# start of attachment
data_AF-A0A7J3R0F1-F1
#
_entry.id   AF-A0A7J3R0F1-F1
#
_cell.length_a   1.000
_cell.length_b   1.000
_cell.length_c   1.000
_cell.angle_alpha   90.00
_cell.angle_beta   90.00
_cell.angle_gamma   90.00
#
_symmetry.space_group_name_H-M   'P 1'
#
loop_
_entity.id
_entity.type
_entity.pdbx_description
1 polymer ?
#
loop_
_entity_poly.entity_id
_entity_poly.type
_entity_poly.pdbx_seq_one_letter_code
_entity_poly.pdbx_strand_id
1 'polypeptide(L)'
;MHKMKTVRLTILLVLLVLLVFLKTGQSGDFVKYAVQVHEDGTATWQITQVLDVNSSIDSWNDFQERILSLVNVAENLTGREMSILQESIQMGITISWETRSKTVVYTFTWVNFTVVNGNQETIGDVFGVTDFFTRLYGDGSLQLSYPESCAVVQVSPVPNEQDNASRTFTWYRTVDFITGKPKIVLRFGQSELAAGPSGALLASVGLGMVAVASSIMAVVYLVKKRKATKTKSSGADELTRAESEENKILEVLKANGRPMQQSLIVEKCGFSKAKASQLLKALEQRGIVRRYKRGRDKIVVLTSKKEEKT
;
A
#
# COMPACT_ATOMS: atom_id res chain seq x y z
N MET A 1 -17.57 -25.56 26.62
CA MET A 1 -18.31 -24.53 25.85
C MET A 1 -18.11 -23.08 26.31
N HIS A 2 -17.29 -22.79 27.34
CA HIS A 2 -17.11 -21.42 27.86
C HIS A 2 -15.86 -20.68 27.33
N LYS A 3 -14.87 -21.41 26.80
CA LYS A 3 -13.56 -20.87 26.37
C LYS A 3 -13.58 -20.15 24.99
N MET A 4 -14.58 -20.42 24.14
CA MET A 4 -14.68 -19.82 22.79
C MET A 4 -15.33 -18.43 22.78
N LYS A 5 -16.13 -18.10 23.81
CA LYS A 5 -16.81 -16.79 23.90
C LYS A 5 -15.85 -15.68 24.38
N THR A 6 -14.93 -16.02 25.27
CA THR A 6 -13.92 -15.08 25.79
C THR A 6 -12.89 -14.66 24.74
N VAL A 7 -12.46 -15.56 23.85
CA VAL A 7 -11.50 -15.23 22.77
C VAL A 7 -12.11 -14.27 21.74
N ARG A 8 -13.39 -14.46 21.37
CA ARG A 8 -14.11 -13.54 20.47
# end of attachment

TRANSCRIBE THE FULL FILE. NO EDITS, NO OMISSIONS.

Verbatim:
data_AF-A0A7J3R0F1-F1
#
_entry.id   AF-A0A7J3R0F1-F1
#
_cell.length_a   1.000
_cell.length_b   1.000
_cell.length_c   1.000
_cell.angle_alpha   90.00
_cell.angle_beta   90.00
_cell.angle_gamma   90.00
#
_symmetry.space_group_name_H-M   'P 1'
#
loop_
_entity.id
_entity.type
_entity.pdbx_description
1 polymer ?
#
loop_
_entity_poly.entity_id
_entity_poly.type
_entity_poly.pdbx_seq_one_letter_code
_entity_poly.pdbx_strand_id
1 'polypeptide(L)'
;MHKMKTVRLTILLVLLVLLVFLKTGQSGDFVKYAVQVHEDGTATWQITQVLDVNSSIDSWNDFQERILSLVNVAENLTGREMSILQESIQMGITISWETRSKTVVYTFTWVNFTVVNGNQETIGDVFGVTDFFTRLYGDGSLQLSYPESCAVVQVSPVPNEQDNASRTFTWYRTVDFITGKPKIVLRFGQSELAAGPSGALLASVGLGMVAVASSIMAVVYLVKKRKATKTKSSGADELTRAESEENKILEVLKANGRPMQQSLIVEKCGFSKAKASQLLKALEQRGIVRRYKRGRDKIVVLTSKKEEKT
;
A
#
# COMPACT_ATOMS: atom_id res chain seq x y z
N MET A 1 -17.57 -25.56 26.62
CA MET A 1 -18.31 -24.53 25.85
C MET A 1 -18.11 -23.08 26.31
N HIS A 2 -17.29 -22.79 27.34
CA HIS A 2 -17.11 -21.42 27.86
C HIS A 2 -15.86 -20.68 27.33
N LYS A 3 -14.87 -21.41 26.80
CA LYS A 3 -13.56 -20.87 26.37
C LYS A 3 -13.58 -20.15 24.99
N MET A 4 -14.58 -20.42 24.14
CA MET A 4 -14.68 -19.82 22.79
C MET A 4 -15.33 -18.43 22.78
N LYS A 5 -16.13 -18.10 23.81
CA LYS A 5 -16.81 -16.79 23.90
C LYS A 5 -15.85 -15.68 24.38
N THR A 6 -14.93 -16.02 25.27
CA THR A 6 -13.92 -15.08 25.79
C THR A 6 -12.89 -14.66 24.74
N VAL A 7 -12.46 -15.56 23.85
CA VAL A 7 -11.50 -15.23 22.77
C VAL A 7 -12.11 -14.27 21.74
N ARG A 8 -13.39 -14.46 21.37
CA ARG A 8 -14.11 -13.54 20.47